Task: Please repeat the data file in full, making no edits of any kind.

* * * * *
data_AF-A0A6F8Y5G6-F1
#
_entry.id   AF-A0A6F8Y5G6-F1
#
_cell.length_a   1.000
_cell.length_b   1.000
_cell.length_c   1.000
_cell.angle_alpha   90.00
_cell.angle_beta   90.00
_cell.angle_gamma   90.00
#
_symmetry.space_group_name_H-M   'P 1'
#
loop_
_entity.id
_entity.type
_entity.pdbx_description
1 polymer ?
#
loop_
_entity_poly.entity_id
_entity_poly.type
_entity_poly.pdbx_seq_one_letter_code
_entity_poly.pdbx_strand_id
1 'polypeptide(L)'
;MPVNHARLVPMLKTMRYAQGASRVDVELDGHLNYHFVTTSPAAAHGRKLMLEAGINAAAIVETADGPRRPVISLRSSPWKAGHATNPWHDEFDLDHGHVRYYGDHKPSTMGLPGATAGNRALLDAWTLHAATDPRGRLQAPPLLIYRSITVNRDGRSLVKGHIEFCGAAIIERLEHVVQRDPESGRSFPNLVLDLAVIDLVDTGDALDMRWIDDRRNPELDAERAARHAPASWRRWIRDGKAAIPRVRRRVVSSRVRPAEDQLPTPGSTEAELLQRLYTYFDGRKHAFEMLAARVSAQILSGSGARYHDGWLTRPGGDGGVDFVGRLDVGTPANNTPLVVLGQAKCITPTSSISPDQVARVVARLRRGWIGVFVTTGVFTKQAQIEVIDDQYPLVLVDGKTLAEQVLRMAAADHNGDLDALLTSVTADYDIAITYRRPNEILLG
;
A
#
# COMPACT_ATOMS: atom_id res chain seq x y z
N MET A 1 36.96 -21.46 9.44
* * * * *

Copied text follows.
data_AF-A0A6F8Y5G6-F1
#
_entry.id   AF-A0A6F8Y5G6-F1
#
_cell.length_a   1.000
_cell.length_b   1.000
_cell.length_c   1.000
_cell.angle_alpha   90.00
_cell.angle_beta   90.00
_cell.angle_gamma   90.00
#
_symmetry.space_group_name_H-M   'P 1'
#
loop_
_entity.id
_entity.type
_entity.pdbx_description
1 polymer ?
#
loop_
_entity_poly.entity_id
_entity_poly.type
_entity_poly.pdbx_seq_one_letter_code
_entity_poly.pdbx_strand_id
1 'polypeptide(L)'
;MPVNHARLVPMLKTMRYAQGASRVDVELDGHLNYHFVTTSPAAAHGRKLMLEAGINAAAIVETADGPRRPVISLRSSPWKAGHATNPWHDEFDLDHGHVRYYGDHKPSTMGLPGATAGNRALLDAWTLHAATDPRGRLQAPPLLIYRSITVNRDGRSLVKGHIEFCGAAIIERLEHVVQRDPESGRSFPNLVLDLAVIDLVDTGDALDMRWIDDRRNPELDAERAARHAPASWRRWIRDGKAAIPRVRRRVVSSRVRPAEDQLPTPGSTEAELLQRLYTYFDGRKHAFEMLAARVSAQILSGSGARYHDGWLTRPGGDGGVDFVGRLDVGTPANNTPLVVLGQAKCITPTSSISPDQVARVVARLRRGWIGVFVTTGVFTKQAQIEVIDDQYPLVLVDGKTLAEQVLRMAAADHNGDLDALLTSVTADYDIAITYRRPNEILLG
;
A
#
# COMPACT_ATOMS: atom_id res chain seq x y z
N MET A 1 36.96 -21.46 9.44